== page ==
How did eighteenth-century travellers experience, describe and represent the urban environments they encountered as they made the Grand Tour? This fascinating book focuses on the changing responses of the British to the cities of Florence, Rome, Naples and Venice, during a period of unprecedented urbanisation at home. Drawing on a wide range of unpublished material, including travel accounts written by women, Rosemary Sweet explores how travel literature helped to create and perpetuate the image of a city; what the different meanings and imaginative associations attached to these cities were; and how the contrasting descriptions of each of these cities reflected the travellers' own attitudes to urbanism. More broadly, the book explores the construction and performance of personal, gender and national identities, and the shift in cultural values away from neo-classicism towards medievalism and the gothic, which is central to our understanding of eighteenth-century culture and the transition to modernity.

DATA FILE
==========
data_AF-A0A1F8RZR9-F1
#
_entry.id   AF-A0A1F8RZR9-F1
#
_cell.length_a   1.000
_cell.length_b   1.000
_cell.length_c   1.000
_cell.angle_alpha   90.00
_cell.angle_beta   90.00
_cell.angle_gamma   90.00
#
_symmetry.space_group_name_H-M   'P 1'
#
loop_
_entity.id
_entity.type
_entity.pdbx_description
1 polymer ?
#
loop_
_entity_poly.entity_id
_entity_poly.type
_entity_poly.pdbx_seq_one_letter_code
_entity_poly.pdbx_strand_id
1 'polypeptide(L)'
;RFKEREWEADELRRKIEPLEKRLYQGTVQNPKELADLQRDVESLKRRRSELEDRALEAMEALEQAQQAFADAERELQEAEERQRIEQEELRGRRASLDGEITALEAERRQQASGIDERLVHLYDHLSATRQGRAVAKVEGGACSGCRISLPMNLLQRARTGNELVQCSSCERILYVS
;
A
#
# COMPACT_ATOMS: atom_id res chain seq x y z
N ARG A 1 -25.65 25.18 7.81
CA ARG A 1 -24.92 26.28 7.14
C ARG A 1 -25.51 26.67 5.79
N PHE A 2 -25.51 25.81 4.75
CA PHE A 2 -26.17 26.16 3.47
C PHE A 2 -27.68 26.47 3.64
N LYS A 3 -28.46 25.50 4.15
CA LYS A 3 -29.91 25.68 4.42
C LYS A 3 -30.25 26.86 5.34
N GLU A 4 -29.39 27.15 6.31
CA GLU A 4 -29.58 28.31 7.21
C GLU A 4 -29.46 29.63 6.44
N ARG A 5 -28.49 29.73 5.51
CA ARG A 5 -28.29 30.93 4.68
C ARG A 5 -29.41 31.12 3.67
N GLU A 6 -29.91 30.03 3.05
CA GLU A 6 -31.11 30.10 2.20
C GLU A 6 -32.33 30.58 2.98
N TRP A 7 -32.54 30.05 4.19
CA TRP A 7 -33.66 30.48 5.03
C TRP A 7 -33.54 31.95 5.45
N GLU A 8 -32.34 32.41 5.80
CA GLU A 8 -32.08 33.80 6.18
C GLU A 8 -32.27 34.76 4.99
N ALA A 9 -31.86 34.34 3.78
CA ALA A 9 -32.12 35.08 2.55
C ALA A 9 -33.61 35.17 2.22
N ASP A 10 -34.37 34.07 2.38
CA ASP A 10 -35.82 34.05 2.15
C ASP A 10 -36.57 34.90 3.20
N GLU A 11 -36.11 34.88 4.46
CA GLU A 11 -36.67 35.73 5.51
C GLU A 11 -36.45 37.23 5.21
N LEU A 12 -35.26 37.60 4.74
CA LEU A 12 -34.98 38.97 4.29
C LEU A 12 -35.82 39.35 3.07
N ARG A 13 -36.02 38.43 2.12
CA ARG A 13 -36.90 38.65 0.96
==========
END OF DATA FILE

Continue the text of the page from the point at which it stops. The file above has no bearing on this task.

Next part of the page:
About the Author
Rosemary Sweet is Professor of Urban History at the Centre for Urban History, University of Leicester. Her previous publications include The English Town, Government, Society and Culture (1999) and Antiquaries: The Discovery of the Past in Eighteenth-Century Britain (2004).
Table of Contents
Introduction; 1. Experiencing the Grand Tour; 2. Florence: a home from home; 3. Rome ancient and modern; 4. Naples: leisure, pleasure and a frisson of danger; 5. Venice: a place of singularity and spectacle; 6. Medievalism and the Grand Tour; Conclusion; Bibliography.